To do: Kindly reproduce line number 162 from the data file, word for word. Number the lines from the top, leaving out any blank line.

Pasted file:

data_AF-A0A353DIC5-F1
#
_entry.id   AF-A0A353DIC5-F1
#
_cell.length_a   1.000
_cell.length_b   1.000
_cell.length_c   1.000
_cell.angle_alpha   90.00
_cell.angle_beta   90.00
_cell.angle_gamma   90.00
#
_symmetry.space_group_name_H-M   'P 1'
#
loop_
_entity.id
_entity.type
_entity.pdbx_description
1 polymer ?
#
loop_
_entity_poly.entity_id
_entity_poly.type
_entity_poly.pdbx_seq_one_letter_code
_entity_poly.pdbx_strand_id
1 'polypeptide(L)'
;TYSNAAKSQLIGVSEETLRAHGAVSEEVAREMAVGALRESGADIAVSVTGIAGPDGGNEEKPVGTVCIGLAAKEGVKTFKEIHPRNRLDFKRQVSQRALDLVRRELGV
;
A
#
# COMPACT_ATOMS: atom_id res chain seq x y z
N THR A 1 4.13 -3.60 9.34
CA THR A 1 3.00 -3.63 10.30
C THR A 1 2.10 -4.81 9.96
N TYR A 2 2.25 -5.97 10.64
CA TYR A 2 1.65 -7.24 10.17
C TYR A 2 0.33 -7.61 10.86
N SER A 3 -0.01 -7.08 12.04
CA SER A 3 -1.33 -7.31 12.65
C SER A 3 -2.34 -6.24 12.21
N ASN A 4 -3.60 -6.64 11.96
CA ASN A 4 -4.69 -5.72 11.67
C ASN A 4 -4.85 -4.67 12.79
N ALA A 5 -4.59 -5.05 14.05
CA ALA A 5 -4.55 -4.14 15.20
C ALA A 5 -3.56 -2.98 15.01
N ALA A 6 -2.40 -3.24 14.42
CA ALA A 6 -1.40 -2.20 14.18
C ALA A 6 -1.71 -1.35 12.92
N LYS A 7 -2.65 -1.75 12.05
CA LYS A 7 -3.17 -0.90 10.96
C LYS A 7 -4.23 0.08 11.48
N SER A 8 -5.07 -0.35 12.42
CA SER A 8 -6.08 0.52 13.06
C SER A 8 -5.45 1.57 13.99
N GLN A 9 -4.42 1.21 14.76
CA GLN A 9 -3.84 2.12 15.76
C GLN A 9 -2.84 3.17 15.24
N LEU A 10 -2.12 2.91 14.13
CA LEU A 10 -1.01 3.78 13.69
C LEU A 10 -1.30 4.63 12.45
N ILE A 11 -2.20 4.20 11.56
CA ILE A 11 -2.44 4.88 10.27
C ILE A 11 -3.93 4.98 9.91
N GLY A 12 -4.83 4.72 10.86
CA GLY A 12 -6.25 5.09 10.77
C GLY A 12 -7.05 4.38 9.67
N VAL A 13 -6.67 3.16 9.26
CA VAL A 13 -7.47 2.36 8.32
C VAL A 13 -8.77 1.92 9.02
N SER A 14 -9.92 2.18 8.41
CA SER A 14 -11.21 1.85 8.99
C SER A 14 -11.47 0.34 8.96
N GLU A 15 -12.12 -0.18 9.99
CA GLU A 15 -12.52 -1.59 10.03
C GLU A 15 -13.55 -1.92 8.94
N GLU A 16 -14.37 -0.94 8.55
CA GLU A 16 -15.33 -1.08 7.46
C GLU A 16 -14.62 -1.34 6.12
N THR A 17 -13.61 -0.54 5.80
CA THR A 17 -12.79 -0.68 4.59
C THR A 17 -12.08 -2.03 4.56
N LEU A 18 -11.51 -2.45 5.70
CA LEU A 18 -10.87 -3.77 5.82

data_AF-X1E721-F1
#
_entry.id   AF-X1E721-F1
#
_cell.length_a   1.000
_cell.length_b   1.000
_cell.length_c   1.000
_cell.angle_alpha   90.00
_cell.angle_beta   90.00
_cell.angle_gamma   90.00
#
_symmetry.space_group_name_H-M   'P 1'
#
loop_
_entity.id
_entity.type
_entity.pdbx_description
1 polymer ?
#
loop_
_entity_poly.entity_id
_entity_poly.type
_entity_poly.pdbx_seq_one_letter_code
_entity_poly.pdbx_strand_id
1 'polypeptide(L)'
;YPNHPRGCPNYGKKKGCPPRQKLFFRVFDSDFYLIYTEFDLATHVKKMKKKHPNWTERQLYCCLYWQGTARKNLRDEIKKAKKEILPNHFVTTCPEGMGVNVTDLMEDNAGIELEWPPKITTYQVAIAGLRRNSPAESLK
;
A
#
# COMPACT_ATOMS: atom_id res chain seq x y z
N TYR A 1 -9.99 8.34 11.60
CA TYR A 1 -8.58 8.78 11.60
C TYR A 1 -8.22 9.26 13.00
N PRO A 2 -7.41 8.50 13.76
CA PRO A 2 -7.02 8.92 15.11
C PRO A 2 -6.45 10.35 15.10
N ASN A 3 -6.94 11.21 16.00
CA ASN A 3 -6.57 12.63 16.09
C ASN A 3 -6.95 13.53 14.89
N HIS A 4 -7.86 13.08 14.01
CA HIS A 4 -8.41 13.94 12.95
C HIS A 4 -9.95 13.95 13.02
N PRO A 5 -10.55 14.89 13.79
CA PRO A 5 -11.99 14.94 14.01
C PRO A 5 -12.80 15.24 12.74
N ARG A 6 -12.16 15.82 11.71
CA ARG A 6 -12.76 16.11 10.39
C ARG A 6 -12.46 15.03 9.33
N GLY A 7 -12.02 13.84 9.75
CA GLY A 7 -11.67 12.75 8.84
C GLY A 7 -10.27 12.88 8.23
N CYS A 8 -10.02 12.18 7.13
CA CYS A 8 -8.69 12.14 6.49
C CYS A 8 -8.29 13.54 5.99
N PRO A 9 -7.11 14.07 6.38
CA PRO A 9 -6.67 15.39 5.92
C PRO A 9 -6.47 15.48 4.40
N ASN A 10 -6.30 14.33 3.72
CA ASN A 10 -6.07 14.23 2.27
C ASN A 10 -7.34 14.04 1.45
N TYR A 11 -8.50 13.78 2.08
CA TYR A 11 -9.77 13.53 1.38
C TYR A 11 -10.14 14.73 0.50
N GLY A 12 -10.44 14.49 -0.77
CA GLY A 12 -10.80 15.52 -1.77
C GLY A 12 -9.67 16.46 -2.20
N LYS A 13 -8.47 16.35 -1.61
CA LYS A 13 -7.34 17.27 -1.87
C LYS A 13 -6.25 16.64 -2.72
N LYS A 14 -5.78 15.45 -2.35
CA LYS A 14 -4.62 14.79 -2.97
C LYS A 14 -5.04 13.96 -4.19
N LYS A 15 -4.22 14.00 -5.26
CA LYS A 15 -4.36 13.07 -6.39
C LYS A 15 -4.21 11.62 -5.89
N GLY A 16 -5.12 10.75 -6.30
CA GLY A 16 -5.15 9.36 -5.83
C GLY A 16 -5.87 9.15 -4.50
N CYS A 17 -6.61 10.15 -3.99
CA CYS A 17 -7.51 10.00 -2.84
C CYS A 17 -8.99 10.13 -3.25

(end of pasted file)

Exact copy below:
N CYS A 17 -6.61 10.15 -3.99